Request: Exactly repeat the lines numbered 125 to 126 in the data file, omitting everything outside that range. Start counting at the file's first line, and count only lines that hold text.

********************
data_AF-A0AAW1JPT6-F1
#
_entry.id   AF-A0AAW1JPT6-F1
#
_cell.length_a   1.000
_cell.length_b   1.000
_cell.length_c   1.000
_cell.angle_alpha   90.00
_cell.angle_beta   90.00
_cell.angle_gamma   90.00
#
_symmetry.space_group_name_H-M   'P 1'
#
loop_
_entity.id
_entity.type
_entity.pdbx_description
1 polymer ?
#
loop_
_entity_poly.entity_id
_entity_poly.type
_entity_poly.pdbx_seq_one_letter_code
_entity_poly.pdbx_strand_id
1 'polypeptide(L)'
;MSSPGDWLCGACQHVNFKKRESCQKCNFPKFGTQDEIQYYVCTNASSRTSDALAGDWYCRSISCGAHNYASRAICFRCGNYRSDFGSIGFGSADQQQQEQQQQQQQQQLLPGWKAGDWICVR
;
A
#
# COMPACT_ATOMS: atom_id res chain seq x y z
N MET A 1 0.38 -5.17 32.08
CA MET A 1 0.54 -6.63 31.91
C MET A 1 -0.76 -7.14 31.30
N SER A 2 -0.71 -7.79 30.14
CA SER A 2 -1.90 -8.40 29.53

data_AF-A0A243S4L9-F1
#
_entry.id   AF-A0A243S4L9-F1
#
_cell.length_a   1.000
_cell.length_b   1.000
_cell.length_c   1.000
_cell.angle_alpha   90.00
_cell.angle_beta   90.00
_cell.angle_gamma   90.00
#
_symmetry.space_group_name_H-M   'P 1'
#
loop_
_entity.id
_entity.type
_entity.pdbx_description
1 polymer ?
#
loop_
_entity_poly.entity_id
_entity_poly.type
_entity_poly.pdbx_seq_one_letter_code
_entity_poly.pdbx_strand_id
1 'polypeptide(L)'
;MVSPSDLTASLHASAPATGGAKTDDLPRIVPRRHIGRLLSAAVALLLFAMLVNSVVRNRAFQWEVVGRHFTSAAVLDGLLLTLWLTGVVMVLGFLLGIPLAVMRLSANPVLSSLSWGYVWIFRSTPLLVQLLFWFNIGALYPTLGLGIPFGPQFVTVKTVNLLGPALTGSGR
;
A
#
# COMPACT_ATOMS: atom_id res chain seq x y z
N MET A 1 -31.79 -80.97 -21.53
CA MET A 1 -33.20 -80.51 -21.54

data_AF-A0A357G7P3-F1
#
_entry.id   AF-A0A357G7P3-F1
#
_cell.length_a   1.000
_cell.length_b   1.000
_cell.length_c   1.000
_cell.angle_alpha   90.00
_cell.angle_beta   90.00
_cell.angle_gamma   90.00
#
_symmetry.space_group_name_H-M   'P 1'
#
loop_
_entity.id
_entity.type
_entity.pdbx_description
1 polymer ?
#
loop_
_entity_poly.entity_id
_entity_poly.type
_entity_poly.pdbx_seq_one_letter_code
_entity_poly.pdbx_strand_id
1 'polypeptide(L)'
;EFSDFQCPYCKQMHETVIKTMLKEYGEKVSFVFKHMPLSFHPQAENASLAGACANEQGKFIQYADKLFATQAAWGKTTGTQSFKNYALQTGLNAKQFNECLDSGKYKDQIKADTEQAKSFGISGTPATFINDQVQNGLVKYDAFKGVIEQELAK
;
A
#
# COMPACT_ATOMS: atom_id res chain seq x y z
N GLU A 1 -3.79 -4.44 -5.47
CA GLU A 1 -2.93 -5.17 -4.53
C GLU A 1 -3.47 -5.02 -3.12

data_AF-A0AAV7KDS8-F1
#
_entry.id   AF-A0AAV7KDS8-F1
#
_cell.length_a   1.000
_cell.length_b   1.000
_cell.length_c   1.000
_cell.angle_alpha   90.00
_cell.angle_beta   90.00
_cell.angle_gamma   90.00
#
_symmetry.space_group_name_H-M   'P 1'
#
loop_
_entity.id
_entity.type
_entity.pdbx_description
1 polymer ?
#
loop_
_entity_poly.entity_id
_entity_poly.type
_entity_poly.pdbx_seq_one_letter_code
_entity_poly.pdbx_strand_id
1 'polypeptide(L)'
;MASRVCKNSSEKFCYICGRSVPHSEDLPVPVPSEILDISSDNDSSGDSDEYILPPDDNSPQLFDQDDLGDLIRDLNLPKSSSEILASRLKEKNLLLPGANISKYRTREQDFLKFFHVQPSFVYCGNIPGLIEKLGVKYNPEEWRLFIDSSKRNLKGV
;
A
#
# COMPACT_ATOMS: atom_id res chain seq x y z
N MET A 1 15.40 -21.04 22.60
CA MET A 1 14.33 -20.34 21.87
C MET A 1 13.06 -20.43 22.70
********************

1 'polypeptide(L)'
;MASRVCKNSSEKFCYICGRSVPHSEDLPVPVPSEILDISSDNDSSGDSDEYILPPDDNSPQLFDQDDLGDLIRDLNLPKSSSEILASRLKEKNLLLPGANISKYRTREQDFLKFFHVQPSFVYCGNIPGLIEKLGVKYNPEEWRLFIDSSKRNLKGV